Jessica Ardila-Gatas, MD, Linden Karas, MD, Julia Simkowski, BS, M. Cecilia Lansang, MD, PhD, Ali Aminian. Cleveland Clinic
Introduction: Postprandial hyperinsulinemic hypoglycemia (PPH) usually occurs one year after Roux-en-Y gastric bypass surgery (RYGB), presenting with normal fasting glucose and insulin levels, inappropriately high postprandial insulin and C-peptide levels, and a low glucose level. Anatomical changes after RYGB result in faster gastrointestinal transit and absorption of simple sugars that evoke a stronger GLP-1 response resulting in very high insulin levels followed by rapid hypoglycemia. Management of PPH includes diet adjustment, pharmacotherapy, and rarely surgical intervention.
Case Description: A 41 year-old non-diabetic female who previously underwent laparoscopic RYGB 8-years ago with good weight loss results developed multiple daily episodes of post-prandial hyperglycemia followed rapidly by symptomatic episodes of hypoglycemia. Her blood sugars would spike to 250-300 mg/dl with meals, and then drop quickly to 30-50 mg/dl with severe neuroglycopenic symptoms. Lab tests and imaging ruled out an insulin-secreting tumor. Mixed meal tolerance test confirmed presence of PPH. She attempted and failed treatment of her PPH with a very low carbohydrate diet, acarbose, and octreotide. Despite having continuous glucose monitoring (CGM) device, she had frequent and severe life-threatening hypoglycemia episodes. Upper endoscopy showed a 4-cm gastric pouch with a gaping gastrojejunal (GJ) anastomosis measuring 5-cm in diameter. It appeared that she experienced no gastric restriction for liquids or solids. The patient did not want her RYGB reversed.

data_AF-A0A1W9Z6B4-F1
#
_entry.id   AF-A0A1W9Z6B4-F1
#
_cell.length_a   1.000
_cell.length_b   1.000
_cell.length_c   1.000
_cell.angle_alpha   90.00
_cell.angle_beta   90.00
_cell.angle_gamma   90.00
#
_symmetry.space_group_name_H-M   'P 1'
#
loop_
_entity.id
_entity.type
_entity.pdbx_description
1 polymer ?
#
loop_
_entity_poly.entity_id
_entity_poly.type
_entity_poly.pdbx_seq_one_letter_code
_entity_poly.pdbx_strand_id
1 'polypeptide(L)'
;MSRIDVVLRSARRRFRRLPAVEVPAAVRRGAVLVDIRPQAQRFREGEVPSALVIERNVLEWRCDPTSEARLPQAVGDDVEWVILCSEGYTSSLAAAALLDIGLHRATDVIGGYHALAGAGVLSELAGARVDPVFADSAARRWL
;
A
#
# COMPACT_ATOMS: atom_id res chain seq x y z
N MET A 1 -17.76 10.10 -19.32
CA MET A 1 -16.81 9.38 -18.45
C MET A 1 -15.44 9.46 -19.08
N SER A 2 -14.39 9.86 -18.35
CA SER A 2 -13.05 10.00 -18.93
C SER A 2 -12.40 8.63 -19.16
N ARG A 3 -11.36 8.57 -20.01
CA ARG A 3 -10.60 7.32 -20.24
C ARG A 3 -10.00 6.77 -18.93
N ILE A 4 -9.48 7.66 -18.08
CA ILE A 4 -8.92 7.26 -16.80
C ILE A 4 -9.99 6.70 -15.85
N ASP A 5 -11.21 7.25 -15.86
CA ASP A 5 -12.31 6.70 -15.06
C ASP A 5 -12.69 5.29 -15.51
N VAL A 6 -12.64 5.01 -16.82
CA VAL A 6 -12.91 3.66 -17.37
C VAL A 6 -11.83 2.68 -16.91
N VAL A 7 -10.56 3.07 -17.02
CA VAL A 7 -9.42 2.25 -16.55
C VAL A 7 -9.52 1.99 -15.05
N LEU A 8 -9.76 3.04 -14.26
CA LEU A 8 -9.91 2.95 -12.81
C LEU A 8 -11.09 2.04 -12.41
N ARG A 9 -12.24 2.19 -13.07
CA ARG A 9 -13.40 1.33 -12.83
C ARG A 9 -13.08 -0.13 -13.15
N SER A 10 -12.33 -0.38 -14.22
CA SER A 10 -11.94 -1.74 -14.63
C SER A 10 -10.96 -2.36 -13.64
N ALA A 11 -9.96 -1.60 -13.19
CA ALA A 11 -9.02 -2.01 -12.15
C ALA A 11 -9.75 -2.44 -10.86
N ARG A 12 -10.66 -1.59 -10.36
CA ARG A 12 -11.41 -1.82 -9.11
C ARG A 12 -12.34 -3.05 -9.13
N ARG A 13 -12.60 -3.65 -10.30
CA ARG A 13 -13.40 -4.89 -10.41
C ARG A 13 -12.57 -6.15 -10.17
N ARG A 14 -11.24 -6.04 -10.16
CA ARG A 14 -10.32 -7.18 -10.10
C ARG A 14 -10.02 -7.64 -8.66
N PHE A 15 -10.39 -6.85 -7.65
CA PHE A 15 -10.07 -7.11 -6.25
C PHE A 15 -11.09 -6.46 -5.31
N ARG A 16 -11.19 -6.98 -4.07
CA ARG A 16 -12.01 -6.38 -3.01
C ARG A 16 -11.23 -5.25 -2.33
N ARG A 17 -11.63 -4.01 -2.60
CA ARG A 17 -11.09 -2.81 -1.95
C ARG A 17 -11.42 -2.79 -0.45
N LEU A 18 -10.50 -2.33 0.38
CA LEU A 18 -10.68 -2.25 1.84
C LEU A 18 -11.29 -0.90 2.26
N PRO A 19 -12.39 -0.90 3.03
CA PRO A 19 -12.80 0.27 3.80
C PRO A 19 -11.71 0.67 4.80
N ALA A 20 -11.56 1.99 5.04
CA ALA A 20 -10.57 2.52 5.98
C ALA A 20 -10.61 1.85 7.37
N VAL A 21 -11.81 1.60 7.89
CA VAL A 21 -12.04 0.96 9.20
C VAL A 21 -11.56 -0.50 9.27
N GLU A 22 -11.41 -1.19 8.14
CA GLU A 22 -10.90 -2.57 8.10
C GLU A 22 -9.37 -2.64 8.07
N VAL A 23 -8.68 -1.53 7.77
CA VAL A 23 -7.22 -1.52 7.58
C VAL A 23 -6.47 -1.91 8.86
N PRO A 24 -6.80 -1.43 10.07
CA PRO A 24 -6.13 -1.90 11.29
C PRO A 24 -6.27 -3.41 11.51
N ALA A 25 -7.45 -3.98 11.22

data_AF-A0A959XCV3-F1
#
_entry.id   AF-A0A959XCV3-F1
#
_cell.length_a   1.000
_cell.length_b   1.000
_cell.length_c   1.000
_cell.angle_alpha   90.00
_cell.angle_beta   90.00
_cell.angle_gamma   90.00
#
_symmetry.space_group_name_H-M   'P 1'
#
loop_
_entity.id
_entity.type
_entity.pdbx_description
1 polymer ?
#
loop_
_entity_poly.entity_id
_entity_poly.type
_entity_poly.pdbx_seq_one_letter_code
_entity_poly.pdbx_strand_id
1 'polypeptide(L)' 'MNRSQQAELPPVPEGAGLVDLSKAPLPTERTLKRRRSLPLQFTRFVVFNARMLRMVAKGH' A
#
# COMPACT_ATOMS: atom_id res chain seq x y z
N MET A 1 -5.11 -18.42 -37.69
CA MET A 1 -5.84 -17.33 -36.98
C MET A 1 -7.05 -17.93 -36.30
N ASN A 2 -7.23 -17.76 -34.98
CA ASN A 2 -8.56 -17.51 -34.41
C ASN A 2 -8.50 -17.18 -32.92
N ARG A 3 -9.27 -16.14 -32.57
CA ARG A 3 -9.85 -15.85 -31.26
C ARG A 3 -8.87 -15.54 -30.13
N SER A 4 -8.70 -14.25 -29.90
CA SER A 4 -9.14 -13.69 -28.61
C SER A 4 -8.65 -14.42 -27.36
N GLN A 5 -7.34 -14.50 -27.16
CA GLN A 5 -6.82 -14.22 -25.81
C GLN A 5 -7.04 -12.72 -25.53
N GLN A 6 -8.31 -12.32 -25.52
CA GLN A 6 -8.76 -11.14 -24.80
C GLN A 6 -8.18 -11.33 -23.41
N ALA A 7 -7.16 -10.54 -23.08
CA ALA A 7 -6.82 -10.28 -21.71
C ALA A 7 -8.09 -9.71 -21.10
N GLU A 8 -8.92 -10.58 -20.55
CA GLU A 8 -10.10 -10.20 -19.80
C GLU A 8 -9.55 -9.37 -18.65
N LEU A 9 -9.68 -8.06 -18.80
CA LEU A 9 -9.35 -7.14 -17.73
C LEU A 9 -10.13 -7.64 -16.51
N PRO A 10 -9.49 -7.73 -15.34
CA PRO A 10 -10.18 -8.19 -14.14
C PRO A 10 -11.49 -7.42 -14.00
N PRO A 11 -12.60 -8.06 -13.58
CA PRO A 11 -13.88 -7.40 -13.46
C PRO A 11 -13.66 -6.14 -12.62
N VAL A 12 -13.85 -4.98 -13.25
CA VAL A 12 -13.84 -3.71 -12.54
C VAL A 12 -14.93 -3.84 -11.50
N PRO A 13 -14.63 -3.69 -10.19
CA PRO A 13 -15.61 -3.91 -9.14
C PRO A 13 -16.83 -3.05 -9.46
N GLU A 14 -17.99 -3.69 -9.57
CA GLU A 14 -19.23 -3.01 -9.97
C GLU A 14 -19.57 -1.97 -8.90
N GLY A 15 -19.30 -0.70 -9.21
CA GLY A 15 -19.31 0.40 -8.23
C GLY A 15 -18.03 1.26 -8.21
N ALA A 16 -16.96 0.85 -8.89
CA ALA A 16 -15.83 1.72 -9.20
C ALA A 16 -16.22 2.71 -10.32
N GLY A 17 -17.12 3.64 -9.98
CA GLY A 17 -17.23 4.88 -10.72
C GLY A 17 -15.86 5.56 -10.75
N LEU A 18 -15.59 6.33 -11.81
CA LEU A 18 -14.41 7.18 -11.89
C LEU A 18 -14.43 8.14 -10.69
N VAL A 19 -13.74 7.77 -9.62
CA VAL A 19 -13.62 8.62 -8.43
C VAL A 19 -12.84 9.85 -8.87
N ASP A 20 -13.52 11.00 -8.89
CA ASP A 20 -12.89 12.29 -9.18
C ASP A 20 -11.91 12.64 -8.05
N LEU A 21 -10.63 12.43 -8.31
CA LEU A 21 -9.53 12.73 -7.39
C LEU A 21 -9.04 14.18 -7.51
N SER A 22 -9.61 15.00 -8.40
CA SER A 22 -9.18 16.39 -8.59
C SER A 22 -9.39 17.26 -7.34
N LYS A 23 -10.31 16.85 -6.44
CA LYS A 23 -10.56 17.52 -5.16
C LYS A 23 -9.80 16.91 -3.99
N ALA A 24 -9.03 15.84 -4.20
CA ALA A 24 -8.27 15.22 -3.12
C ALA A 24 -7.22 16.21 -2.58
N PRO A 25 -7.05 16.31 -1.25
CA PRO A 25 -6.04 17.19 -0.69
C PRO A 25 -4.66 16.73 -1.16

Therefore we attempted to restore gastric restriction by resecting the dilated candy-cane jejunal limb at the GJ anastomosis and plicating the GJ under endoscopic guidance. A remnant gastrostomy tube was placed in case restoration of restriction was not effective. Furthermore, feeding through G-tube can also help in predicting the response to possible reversal of the RYGB in the future. Final visualization with the endoscope showed a 2-3 cm GJ anastomosis. The patient had an uneventful recovery with blood sugars maintained between 67-140 mg/dl, and was discharged home tolerating a full liquid diet without the need for treatment of hypo- and hyper-glycemia.
Discussion: Here we present the surgical treatment of severe PPH following RYGB by restoration of restriction of GJ anastomosis and placement of G-tube. Management of PPH includes diet adjustment (small frequent meals high in fiber and protein and avoidance of simple sugars), pharmacotherapy (octreotide, acarbose, GLP-1 inhibitor, calcium channel blocker, diazoxide) and surgical intervention. On rare occasions it is necessary to reverse the RYGB, convert it to sleeve gastrectomy, or restore restriction of the GJ anastomosis by banding or plication.
Presented at the SAGES 2017 Annual Meeting in Houston, TX.
Abstract ID: 85545
Program Number: V269
Presentation Session: Friday Video Loop (Non CME)
Presentation Type: VideoLoop